(Palm Sunday / Passion Sunday)
Psalm 118:1-2, 19-29
The Passion of Christ:
Philippians 2: 5-11
Luke 22:1-8, 31-71; chapter 23
... at the name of Jesus every knee should bend,
in heaven and on earth and under the earth,
and every tongue should confess
that Jesus Christ is Lord,
to the glory of God the Father.
- Philippians 2:10-11
In my Sunday sermon, I wanted to challenge us to show our love for Jesus in every good way possible.
One area that I chose not to speak about was the so-called “worship wars” that have been waged within churches during the past forty-plus years. Many congregations have found themselves divided over styles of music, as well as by conflicting desires for formality or casualness.
I know very well that some individuals at Bethel have a taste for quiet and orderliness in worship, while others prefer a different kind of joyful noise.
Thank God, we don’t have to butcher birds and sheep and goats and heifers and bulls in our sanctuary, as in the Old Time Religion.
It always tickles me when folks say they want “the old songs”— by which, in most cases, they mean, songs that they learned when they were kids... but they feel the threat of something new and strange when asked to try songs from more like a thousand years ago. Meanwhile, some of our people get a big kick out of novelty, hearing something exciting and new.
Thank God, God isn’t terribly specific about style.
At the Shenandoah Association Spring Meeting, yesterday, our new Conference Minister, Rev. Dr. Freeman Palmer put us on the spot: He was answering a question about his plans for leading our conference forward, and he suddenly stopped.
He said, “Jesus prayed, ‘That they may all ______’.”
He smiled his gigantic, brilliant smile, because quite a few of us quickly filled in the blank: “be one!”
When you’re the United Church of Christ, it’s important to remember our motto, Jesus’ prayer, which we hear him pray in the Gospel according to John, 17: 11, 20, 22-23. Rev. Palmer was emphasizing that we are called to be a uniting church, to draw close to each other, and also to continually invite others to be with us in following Jesus. He discussed numerous initiatives that are ongoing or new or in-the-works, to support our local churches as well as to make room for others to join the UCC. Rev. Palmer stated that all of creation is “soaked with Christ,” and that our Central Atlantic Conference, with its widely diverse congregations— rural and urban, small and large, rich and poor, all colors and languages— is a great cross-section of the UCC spectrum of people.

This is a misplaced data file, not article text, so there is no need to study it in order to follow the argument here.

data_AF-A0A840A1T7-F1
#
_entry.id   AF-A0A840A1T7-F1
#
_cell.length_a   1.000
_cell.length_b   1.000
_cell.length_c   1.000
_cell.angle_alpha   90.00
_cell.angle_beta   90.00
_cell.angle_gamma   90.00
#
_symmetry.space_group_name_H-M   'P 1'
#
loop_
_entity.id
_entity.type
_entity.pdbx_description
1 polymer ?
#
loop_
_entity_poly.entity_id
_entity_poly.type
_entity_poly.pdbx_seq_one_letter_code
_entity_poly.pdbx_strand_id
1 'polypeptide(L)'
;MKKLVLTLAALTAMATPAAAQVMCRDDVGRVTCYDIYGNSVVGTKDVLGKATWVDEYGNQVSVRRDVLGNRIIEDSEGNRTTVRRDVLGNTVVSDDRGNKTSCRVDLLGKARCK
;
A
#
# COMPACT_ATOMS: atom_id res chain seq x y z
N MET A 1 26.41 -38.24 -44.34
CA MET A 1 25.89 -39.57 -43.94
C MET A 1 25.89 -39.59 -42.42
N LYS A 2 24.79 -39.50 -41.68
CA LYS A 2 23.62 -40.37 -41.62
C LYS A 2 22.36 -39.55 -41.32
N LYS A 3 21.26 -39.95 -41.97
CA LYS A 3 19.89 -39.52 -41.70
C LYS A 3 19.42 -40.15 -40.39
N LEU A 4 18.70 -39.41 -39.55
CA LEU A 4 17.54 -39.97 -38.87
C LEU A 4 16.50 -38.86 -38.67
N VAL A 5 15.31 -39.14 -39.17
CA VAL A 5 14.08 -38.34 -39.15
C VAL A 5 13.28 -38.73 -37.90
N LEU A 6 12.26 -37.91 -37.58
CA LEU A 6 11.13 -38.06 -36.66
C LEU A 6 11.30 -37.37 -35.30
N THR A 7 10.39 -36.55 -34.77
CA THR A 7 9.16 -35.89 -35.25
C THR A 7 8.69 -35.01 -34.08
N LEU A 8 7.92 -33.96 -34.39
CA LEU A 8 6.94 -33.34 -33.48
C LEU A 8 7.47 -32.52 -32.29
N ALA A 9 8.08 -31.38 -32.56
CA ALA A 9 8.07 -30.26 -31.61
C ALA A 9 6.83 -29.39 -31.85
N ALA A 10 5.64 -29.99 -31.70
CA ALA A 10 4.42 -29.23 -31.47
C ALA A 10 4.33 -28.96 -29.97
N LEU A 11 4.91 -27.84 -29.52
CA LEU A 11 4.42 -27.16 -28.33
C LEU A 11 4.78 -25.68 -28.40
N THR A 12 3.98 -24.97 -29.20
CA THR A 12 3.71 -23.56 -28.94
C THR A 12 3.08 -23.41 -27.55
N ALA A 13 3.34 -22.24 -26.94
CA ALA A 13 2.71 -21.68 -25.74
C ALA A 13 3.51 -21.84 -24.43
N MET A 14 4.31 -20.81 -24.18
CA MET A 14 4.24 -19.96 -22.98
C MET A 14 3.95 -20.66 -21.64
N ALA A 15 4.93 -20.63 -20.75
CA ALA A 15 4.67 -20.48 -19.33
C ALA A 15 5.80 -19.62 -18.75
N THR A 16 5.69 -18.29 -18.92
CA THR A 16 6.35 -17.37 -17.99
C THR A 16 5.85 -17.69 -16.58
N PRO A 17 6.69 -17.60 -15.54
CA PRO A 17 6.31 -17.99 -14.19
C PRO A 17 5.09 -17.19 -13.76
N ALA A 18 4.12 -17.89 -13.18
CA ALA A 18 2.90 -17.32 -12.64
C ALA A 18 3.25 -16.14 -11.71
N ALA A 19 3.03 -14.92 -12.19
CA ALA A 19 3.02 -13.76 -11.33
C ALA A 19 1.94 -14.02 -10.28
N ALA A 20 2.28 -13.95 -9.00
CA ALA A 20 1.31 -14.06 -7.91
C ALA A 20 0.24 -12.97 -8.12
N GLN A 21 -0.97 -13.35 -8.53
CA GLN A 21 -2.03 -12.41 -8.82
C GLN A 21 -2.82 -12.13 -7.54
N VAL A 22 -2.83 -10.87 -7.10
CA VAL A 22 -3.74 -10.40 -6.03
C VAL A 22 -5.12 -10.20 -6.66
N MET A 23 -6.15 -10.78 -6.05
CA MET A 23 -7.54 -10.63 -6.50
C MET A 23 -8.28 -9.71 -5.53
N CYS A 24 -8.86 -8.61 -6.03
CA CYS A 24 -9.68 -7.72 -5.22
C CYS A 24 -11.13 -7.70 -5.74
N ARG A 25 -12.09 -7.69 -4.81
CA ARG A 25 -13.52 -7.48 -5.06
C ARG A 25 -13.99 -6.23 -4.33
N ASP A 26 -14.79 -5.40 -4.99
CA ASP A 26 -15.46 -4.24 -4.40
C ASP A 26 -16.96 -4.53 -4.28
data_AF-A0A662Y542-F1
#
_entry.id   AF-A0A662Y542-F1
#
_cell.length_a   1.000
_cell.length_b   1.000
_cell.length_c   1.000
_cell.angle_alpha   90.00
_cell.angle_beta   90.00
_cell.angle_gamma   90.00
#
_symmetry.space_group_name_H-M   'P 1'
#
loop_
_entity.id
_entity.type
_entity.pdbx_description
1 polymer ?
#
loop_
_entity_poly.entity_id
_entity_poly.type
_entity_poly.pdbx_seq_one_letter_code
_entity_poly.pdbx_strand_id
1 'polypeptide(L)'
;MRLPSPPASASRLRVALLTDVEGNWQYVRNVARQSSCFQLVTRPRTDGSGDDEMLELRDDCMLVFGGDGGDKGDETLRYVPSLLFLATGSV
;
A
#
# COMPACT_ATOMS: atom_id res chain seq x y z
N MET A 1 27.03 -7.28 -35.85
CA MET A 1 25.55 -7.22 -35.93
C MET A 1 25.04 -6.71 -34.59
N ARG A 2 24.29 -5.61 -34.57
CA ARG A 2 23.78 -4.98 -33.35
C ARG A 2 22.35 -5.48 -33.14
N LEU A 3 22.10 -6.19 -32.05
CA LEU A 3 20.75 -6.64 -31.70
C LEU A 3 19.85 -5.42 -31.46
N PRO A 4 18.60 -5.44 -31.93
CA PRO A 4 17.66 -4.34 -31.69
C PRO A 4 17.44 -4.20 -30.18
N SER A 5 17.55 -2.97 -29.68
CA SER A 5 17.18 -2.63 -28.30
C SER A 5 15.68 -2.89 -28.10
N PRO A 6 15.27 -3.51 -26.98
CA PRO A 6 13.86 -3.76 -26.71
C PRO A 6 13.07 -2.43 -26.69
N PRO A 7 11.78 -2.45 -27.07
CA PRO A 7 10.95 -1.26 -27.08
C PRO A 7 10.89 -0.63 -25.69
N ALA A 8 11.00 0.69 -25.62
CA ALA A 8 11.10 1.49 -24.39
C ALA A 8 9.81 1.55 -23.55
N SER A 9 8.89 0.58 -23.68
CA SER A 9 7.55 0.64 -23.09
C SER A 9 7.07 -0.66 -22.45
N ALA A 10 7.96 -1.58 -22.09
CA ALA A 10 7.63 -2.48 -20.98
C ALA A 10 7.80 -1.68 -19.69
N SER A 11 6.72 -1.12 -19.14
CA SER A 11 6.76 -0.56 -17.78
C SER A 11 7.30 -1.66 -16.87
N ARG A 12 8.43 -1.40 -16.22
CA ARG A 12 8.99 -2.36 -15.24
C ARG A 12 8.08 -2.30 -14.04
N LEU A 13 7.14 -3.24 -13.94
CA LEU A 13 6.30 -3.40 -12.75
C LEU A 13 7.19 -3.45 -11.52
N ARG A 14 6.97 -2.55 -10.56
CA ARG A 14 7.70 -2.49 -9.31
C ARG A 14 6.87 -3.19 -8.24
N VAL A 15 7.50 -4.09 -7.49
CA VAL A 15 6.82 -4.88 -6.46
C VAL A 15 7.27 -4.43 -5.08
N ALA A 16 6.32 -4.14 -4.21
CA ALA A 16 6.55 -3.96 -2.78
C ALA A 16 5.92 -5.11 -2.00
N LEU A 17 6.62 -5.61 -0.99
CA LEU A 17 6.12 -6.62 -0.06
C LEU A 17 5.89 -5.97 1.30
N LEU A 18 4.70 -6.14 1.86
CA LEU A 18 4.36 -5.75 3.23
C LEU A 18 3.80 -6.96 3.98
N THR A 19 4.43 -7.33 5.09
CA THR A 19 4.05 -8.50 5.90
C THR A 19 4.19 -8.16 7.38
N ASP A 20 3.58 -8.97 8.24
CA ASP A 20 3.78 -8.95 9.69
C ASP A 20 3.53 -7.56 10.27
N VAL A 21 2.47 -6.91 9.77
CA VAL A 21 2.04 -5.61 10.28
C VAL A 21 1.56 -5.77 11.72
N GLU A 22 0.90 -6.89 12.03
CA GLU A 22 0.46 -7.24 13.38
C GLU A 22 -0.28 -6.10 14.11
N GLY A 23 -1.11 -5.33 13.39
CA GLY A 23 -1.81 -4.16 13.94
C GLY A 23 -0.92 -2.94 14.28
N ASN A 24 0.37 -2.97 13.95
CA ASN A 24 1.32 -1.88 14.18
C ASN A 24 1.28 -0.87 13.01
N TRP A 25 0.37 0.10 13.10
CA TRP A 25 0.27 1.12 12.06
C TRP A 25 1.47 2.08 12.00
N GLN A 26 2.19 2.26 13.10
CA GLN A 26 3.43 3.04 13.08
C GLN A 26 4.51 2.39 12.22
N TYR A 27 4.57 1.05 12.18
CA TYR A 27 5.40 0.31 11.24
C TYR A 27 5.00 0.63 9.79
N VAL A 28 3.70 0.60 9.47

Rev. Palmer cited the by-laws of the UCC, which state that the purpose of our Conference is to strengthen and connect its local churches. He shared with us the findings of a recent study of our current strengths and weaknesses:
Our greatest strength is our diversity.
Our greatest need is to connect local churches to one another to receive the benefits of that diversity.
Rural churches have much to teach urban churches, and vice-versa. Large churches need to learn the lessons that small churches know. And so on. “That we may all be one.”
Rev. Palmer’s prior work experience in the church includes a lot of “congregational vitality,” including building membership and including the spectrum of generations (young, middle, and old, together).
Rev. Palmer’s goals as our Conference Minister are
1) to develop a pattern for the work of the Conference staff that can maintain things that our Conference already does well, while also capitalizing on opportunities to do better. Any changes that are made will include changes to his own duties, not only those of the rest of the staff.
2) to establish long-term financial stability for our Conference finances. Currently, we are doing “OK,” but more needs to be done to balance our budget, both on the income and the expenditure sides. (The Our Church’s Wider Mission offerings that we local churches send provide the bulk of the income to pay our Conference ministry and administrative staff, as well as workshops and programs.)
In answer to a question about turmoil in other denominations, Rev. Palmer said that the UCC is very well positioned to benefit from the changes going on today, but success will require continuous re-training and effort on our part.
This year’s Central Atlantic Conference Annual Meeting is scheduled for October 3-5 in Bethesda, Maryland.
You will be interested to learn that the 2020 Conference Annual Meeting is slated to be held in Harrisonburg!